by Calculated Risk on 7/25/2018 02:38:00 PM
Wednesday, July 25, 2018
With the GDP release on Friday, the BEA will release the 2018 Comprehensive Update. This will include changes in how GDP is calculated, revisions to previous years, and the third phase of removing residual seasonality.
A few key points:
1. The entire series of GDP (annually all the way back to 1929, and quarterly back to 1947) will be updated with new seasonal adjustments.
2. Forecasts of Q2 GDP could be off significantly.
3. The BEA will now release GDP Not Seasonally Adjusted (every year GDP NSA declines in Q1).
From the BEA: Preview of the 2018 Comprehensive Update of the National Income and Product Accounts
In July, the Bureau of Economic Analysis (BEA) will release the initial results of the 15th comprehensive, or benchmark, update of the national income and product accounts (NIPAs). Comprehensive updates are usually conducted at 5-year intervals that correspond with the integration of updated statistics from BEA’s quinquennial benchmark input-output accounts; the last comprehensive update was released in July 2013.And from the BEA: BEA on Track to Implement Third Phase to Combat Potential for Residual Seasonality in GDP
Comprehensive updates and, to a lesser extent, annual updates, provide the opportunity to introduce major improvements to maintain and to improve the NIPAs as outlined in BEA’s strategic plan. The changes are generally of three major types: (1) statistical changes to introduce new and improved methodologies and to incorporate newly available and revised source data, (2) changes in definitions to more accurately portray the evolving U.S. economy and to provide consistent comparisons with data for other national economies, and (3) changes in presentations to reflect the definitional and statistical changes, where necessary, or to provide additional data or perspectives for users.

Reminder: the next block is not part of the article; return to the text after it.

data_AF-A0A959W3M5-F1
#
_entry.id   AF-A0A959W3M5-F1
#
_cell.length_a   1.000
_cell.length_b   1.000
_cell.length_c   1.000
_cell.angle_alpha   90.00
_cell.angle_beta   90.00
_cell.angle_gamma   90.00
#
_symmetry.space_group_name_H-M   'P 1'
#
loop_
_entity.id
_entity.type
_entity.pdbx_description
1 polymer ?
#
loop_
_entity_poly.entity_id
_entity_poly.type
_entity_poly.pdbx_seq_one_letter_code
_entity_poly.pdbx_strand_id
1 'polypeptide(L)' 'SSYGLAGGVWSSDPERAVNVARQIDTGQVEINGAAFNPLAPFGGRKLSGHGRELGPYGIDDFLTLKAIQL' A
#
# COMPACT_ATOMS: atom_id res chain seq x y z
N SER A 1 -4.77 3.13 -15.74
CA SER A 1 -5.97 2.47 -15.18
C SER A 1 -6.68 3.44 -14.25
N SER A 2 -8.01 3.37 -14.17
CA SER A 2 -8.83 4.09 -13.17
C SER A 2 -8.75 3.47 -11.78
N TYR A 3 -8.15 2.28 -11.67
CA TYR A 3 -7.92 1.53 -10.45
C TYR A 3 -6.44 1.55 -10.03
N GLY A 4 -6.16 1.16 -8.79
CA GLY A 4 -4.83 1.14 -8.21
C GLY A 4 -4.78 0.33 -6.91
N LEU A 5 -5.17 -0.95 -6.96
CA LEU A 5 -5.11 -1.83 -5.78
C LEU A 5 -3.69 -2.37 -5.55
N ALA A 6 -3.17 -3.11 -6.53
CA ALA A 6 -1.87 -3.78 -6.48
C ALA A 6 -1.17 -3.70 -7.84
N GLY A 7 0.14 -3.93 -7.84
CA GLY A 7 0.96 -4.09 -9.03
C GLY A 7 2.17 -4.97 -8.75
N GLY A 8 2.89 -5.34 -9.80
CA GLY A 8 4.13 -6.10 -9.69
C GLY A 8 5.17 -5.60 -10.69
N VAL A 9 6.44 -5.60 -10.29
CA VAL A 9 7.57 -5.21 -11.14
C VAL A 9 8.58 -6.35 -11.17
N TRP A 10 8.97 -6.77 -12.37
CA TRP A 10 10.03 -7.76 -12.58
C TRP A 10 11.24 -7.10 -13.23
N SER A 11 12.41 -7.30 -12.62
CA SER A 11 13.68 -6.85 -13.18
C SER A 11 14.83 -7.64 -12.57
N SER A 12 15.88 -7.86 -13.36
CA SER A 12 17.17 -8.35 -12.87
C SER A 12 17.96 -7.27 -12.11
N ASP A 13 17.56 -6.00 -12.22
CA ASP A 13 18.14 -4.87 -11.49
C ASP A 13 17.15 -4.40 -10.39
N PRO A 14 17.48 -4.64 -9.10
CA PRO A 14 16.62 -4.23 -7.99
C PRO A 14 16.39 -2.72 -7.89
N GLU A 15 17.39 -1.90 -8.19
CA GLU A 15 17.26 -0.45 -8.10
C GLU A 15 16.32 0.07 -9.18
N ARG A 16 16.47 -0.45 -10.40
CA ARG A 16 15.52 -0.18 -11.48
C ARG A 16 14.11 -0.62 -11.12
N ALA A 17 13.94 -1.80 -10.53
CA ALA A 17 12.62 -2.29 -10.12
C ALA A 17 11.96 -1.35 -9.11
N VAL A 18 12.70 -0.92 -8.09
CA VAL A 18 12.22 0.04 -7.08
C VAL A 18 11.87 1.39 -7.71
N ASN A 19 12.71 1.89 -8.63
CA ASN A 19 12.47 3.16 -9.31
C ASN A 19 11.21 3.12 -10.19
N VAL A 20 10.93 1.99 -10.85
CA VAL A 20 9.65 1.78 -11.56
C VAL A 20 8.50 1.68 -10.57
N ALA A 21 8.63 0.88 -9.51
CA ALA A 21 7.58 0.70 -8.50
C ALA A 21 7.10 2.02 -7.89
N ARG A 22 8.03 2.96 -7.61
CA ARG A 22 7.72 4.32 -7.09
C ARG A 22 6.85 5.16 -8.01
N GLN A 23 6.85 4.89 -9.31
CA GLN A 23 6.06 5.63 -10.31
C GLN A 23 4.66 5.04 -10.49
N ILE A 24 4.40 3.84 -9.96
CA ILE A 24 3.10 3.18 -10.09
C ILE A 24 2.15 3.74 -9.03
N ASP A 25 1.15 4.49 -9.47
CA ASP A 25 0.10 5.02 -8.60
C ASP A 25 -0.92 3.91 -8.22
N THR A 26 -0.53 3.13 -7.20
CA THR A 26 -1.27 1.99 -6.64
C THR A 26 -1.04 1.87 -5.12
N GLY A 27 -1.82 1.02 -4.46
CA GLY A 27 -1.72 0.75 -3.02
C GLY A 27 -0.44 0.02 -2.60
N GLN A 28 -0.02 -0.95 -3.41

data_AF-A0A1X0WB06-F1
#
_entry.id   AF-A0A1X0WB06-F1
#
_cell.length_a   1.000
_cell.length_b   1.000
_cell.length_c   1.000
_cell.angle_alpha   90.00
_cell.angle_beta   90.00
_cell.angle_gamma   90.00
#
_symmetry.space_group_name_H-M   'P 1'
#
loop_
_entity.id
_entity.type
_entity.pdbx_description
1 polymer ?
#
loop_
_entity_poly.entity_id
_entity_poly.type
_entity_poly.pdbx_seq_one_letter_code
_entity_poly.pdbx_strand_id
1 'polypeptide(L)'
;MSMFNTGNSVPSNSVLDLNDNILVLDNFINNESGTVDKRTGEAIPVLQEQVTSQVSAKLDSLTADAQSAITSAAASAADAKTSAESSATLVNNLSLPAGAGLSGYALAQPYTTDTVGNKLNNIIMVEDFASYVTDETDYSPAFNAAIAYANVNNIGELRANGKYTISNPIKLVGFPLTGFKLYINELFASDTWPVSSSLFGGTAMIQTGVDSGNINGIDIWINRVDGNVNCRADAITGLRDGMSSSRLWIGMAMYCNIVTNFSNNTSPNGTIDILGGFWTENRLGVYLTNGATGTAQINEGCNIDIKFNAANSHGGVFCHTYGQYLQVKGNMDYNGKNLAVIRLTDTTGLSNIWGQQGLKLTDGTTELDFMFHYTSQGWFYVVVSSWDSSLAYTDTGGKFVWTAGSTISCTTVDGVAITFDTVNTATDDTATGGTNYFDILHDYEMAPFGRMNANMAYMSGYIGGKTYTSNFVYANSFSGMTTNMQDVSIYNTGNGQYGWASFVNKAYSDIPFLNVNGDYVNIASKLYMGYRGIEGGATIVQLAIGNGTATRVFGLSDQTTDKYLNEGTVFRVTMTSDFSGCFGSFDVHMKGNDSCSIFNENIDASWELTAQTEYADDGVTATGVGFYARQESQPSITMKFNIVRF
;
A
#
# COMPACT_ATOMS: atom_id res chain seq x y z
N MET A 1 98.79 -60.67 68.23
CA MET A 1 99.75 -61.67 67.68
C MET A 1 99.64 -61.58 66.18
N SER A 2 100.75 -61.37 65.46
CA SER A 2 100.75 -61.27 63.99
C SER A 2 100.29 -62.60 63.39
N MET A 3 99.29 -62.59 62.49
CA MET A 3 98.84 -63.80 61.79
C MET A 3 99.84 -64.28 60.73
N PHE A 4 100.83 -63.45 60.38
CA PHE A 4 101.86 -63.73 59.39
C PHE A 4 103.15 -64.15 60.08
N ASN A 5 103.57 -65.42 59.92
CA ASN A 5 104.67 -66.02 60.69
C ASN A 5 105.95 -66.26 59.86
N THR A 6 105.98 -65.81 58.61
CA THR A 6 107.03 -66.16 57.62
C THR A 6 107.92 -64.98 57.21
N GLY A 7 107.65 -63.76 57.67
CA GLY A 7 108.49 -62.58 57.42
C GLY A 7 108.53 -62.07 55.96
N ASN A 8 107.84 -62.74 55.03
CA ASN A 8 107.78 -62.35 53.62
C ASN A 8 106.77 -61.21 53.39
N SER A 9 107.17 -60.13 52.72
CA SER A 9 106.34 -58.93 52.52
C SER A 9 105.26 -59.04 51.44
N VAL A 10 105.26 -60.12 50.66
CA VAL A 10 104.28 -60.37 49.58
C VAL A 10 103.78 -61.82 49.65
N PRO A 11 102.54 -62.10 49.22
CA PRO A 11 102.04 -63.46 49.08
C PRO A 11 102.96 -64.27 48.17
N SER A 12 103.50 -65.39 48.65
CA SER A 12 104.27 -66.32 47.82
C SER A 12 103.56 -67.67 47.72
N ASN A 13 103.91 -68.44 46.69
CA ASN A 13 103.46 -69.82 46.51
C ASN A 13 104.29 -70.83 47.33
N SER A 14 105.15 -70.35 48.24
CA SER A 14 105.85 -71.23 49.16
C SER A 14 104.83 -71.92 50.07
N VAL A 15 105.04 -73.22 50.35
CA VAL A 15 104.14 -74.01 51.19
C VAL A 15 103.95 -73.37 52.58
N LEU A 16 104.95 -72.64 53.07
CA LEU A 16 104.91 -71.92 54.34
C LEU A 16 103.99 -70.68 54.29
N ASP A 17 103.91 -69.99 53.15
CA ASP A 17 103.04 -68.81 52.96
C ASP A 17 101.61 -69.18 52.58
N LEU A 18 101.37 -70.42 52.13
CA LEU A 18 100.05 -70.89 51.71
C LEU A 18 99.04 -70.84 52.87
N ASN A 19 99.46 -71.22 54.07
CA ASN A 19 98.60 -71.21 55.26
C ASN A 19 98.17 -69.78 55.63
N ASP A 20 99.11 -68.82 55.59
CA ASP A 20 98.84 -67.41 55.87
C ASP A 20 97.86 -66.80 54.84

This article describes the major changes that will be introduced in the NIPAs as part of the upcoming comprehensive update.
The U.S. Bureau of Economic Analysis is on track to soon implement the third phase of a three-pronged plan to mitigate any potential for residual seasonality in gross domestic product. That’s when seasonal patterns remain in the data even after they are adjusted for seasonal variations.
BEA laid out the plan in 2016, after conducting a painstaking component-by-component review of some 2,000 nominal data series included in GDP to look for possible sources of residual seasonality.
Applying seasonal adjustment improvements to the entire GDP times series. (Annual figures stretch back to 1929 and quarterly figures back to 1947).
Publicly releasing estimates for GDP (and gross domestic income) that are not seasonally adjusted, including major components, for the years 2002 and forward.